b. 19 . 12 . 1974 (Georgia, USA) native Pleasant attended Pratt Institute and is an alumnus of the New York School of Visual Arts. Pleasant is a full-time Fine artist, Installation Artist, Curator, Lecturer and Designer. Pleasant received formal art instruction under the tutelage’s of NYC abstract painter Michael Goldberg, Kenny Scharf and fashion art Illustrator, Jack Potter. And is currently gallery represented along with Artists, Shepard Fairey, BustArt, Inkie, London Police among others. In addition Pleasant is an active published Apple® Developer/Designer. Select collections include, Estate of American Comedian Richard Pryor, Batoto Yetu and the University of Haifa. Pleasant has published appearances with the Nation Magazine, BlackBook Magazine, Nickelodeon Television/MTV Viacom, Het Parool, DeVolkskrant, Woodstock Times (NY) and The New York Press / Chelsea Clinton News, New York, New York among many others. Pleasant is currently working on publishing his second art book slated for release in late 2013.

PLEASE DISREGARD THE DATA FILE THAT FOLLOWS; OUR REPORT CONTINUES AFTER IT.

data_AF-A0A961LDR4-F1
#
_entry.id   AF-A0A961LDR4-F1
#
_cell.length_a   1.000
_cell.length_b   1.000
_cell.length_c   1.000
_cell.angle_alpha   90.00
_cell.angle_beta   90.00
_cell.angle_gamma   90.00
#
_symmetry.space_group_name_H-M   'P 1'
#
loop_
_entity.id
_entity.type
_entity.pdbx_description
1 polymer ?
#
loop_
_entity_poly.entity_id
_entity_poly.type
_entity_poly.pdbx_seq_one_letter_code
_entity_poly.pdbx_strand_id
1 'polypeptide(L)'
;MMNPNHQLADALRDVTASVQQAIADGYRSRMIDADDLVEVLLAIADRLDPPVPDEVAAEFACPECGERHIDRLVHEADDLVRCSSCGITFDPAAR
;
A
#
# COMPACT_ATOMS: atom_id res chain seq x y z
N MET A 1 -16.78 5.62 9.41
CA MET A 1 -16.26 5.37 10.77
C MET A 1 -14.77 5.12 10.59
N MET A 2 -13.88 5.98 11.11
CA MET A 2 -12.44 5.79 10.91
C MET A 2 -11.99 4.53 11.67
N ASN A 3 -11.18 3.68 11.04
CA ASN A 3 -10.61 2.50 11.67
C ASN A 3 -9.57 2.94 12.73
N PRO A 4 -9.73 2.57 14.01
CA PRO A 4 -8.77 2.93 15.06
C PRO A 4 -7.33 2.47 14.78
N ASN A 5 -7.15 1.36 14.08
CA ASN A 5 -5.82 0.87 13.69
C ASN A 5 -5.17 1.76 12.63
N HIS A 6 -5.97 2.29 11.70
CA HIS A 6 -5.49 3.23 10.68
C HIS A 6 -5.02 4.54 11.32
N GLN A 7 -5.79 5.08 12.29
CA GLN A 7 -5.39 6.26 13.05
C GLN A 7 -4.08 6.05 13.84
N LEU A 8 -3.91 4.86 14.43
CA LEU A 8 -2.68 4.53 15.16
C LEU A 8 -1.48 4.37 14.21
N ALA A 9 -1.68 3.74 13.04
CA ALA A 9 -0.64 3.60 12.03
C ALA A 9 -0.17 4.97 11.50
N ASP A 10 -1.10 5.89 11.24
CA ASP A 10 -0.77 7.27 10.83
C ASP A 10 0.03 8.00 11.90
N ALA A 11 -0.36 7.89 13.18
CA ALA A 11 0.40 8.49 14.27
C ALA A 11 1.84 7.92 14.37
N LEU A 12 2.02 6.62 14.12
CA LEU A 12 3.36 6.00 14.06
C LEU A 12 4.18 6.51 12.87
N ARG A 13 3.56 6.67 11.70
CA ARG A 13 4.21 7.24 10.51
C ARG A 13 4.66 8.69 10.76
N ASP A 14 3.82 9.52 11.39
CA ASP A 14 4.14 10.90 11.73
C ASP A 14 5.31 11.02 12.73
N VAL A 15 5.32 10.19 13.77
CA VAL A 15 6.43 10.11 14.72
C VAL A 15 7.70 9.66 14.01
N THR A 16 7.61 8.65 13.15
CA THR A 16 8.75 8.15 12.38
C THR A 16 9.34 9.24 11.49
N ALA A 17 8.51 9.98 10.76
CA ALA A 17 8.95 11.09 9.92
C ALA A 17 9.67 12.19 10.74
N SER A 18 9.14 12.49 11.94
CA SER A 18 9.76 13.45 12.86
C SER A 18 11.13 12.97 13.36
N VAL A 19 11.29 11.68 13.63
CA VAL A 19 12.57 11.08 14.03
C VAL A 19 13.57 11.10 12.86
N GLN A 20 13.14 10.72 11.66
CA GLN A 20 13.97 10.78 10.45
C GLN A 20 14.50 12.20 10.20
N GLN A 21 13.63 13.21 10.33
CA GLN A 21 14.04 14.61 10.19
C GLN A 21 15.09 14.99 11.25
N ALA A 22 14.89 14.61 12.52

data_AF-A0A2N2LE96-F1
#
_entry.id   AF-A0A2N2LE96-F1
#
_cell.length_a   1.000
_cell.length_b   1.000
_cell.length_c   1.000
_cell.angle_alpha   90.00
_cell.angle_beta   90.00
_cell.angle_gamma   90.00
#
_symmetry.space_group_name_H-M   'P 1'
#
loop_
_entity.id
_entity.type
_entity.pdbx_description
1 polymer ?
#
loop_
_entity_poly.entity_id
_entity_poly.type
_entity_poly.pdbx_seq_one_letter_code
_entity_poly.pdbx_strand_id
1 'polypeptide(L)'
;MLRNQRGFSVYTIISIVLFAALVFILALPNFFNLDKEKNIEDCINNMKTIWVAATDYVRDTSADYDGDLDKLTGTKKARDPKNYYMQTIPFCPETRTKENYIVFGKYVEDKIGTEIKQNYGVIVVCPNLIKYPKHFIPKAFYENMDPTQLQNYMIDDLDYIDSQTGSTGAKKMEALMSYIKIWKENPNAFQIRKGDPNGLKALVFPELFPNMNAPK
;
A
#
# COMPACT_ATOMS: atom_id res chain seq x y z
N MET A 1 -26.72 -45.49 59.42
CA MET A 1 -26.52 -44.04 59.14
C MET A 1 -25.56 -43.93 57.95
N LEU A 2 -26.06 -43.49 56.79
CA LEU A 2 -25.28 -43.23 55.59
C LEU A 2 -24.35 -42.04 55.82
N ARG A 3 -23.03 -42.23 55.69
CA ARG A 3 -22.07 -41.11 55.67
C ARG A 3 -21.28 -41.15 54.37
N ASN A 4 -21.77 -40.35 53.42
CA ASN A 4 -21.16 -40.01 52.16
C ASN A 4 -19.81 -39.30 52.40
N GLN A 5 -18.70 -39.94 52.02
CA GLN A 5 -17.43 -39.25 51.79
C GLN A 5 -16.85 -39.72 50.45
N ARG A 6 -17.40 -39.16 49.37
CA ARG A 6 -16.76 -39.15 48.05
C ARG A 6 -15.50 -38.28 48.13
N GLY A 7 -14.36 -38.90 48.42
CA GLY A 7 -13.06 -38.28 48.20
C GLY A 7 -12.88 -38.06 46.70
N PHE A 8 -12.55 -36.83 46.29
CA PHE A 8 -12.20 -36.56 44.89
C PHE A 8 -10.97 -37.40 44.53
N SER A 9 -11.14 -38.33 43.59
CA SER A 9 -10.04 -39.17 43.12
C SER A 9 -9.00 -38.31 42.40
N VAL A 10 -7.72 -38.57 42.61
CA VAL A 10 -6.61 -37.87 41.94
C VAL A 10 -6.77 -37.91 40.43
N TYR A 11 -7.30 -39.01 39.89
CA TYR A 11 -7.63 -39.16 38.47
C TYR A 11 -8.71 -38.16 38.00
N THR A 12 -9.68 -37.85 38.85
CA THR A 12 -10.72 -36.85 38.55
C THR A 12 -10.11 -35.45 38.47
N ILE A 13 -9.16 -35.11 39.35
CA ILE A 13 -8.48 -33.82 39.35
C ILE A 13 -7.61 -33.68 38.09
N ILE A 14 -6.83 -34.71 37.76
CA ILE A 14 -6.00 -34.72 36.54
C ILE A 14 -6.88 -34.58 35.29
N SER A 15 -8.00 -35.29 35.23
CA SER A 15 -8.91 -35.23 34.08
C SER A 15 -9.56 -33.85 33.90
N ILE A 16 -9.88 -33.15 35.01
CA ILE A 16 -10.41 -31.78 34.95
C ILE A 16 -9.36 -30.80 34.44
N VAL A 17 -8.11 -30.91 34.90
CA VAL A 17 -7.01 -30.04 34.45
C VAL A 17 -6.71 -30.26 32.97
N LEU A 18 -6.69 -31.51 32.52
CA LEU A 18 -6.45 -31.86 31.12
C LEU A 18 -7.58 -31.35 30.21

Lowlands Correspondent: Gaia Son – Miss Blanche Virginia Cigarettes – Leiden, NL – Vilmos Huszar: De Stijl & Dutch Modernism
Vilmos Huszár (1884–1960) was a Hungarian painter and designer. He lived in The Netherlands, where he was one of the founder members of the art movement De Stijl.
Huszár was born in Budapest, Hungary. He emigrated to The Netherlands in 1905, settling at first in Voorburg. He was influenced by Cubism and Futurism. He met other influential artists including Piet Mondrian and Theo van Doesburg, both central figures in establishing the De Stijl movement with Huszár in 1917. Huszár also co-founded the De Stijl magazine and designed the cover for the first issue.